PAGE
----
The issue of teaching computer programming at younger age in schools cropped up again over the summer, and a 16-year-old student has put forward an innovative solution. Plymouth-based James Anderson is the brains behind Thinkspace, an organization that aims to promote coding in schools at GCSE level.
Anderson and his friends were frustrated with the current ICT curriculum, which focuses on using software like Excel and Powerpoint rather than the technical skills they will need to develop their own apps, games and software. Although Thinkspace isn’t trying to change the curriculum, it is trying to get schools to create their own “Thinkspaces” – computer workshops where students are free to create and collaborate on any software they want.
To join the program, schools don’t necessarily have to have a high-tech development lab – any space with enough computers for all the students who want to participate will do. A teacher from the school needs to sign up to the social network Thinkspace Social, and they can then begin inviting students to join in. Speaking to Wired magazine, Anderson said: “We are trying to get rid of the stereotypes associated with the words code, coding, programmers… and make it cool to create apps. That’s why we are not using the word code in our name.”
Thinkspace has already attracted the support of Jimmy Wales, the founder of Wikipedia, Apple co-founder Steve Wozniak and Twitter’s Dick Costolo, among others. The concept has similarities with Google Campus, the seven-floor facility in East London that offers start-up firms a place to collaborate and get mentoring help from experts, as well as the after-school Code Clubs that have been established in a number of primary schools.
Initiatives like these are designed to address the gap in teaching coding between primary and secondary education, and college and further education. While there are plenty of university courses that teach coding – Middlesex University, for example, offers a computer science degree alongside a variety of related courses – there is a lack of syllabi teaching similar skills at A-level and GCSE.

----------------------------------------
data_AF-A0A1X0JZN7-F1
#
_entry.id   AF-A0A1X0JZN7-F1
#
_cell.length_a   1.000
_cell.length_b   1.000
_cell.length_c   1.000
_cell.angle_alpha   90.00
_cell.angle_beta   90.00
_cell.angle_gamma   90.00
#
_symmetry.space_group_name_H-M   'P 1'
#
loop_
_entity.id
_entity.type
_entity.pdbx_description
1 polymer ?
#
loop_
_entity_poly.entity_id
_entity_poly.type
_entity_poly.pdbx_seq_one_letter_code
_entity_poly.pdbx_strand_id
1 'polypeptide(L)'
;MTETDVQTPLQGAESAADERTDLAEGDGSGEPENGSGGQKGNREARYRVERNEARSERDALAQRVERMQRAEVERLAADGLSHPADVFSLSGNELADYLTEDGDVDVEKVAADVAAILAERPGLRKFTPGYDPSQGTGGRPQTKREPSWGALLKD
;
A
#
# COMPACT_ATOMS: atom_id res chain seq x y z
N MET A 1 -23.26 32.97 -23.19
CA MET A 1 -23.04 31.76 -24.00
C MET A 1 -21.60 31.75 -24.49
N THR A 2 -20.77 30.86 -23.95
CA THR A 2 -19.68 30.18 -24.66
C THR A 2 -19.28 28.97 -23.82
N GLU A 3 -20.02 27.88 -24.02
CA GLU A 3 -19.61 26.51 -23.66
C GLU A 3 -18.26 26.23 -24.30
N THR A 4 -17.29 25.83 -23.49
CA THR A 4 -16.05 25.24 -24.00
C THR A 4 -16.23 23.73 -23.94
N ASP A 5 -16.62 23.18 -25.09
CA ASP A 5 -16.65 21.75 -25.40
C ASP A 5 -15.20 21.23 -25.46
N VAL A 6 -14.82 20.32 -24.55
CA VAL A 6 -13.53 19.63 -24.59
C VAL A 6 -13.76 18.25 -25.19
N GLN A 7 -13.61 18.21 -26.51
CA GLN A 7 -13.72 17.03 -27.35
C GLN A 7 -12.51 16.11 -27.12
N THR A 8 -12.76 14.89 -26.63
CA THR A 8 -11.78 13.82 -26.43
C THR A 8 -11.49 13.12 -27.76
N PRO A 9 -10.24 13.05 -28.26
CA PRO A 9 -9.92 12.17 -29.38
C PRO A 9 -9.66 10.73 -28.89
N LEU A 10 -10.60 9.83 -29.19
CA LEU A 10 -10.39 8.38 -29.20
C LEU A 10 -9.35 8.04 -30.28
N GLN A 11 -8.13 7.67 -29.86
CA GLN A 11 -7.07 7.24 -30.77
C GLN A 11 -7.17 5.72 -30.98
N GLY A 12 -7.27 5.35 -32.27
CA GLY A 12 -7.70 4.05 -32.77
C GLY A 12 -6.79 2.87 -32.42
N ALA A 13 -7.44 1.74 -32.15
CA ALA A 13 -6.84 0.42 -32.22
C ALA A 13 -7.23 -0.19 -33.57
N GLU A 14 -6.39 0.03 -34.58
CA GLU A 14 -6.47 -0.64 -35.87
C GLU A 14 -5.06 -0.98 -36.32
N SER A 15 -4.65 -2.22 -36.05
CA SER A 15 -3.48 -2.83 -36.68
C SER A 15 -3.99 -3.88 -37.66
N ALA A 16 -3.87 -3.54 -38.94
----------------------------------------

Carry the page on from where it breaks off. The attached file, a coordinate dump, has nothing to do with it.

Part of the problem is a lack of educators who are qualified to teach coding: or rather, a lack of motivating factors for those with the skills and knowledge to enter the world of teaching. Experienced programmers can earn significantly higher salaries working for private companies than they can teaching in schools, so there is little reason for them to make the switch. This makes it difficult to integrate coding into the GCSE syllabus nationwide, leaving it up to voluntary initiatives like Thinkspace and Codeclub to get children programming earlier.
However, there is some progress coming in the near future. A recent Department of Education shake-up of the computing curriculum will remove the necessity of teaching basic office application skills like Word and Excel, and add in the teaching of programming for children as young as five.
The curriculum, which is due to come into place from September 2014, will teach the creation and debugging of simple programs in key stage one, and an understanding of computer networks and search in key stage two. At key stage three, children will learn about Boolean logic, programming algorithms and different kinds of hardware and software.
The shake-up is one of the biggest changes forthcoming in the new curriculum. Education secretary Michael Gove said it is designed to make the UK’s IT skills more competitive. “For the first time children will be learning to program computers. It will raise standards across the board – and allow our children to compete in the global race,” he said.
Meanwhile, a massive open online course (MOOC) was launched recently through a joint partnership between exam board OCR, Cambridge University Press and the Raspberry Pi Foundation, which makes basic, super-cheap computers than can be used to teach pupils how to code. The course is aimed at GCSE students aged between 14 and 16 and will prepare them for the forthcoming overhaul of the curriculum.
“Everyone interested in learning the basics of computing should take advantage of this resource, whether it’s for self-teaching, revision or alongside teaching of our GCSE course in the classroom,” said OCR chief executive Mark Dawe.
Thinkspace Is A New Approach To Teaching Code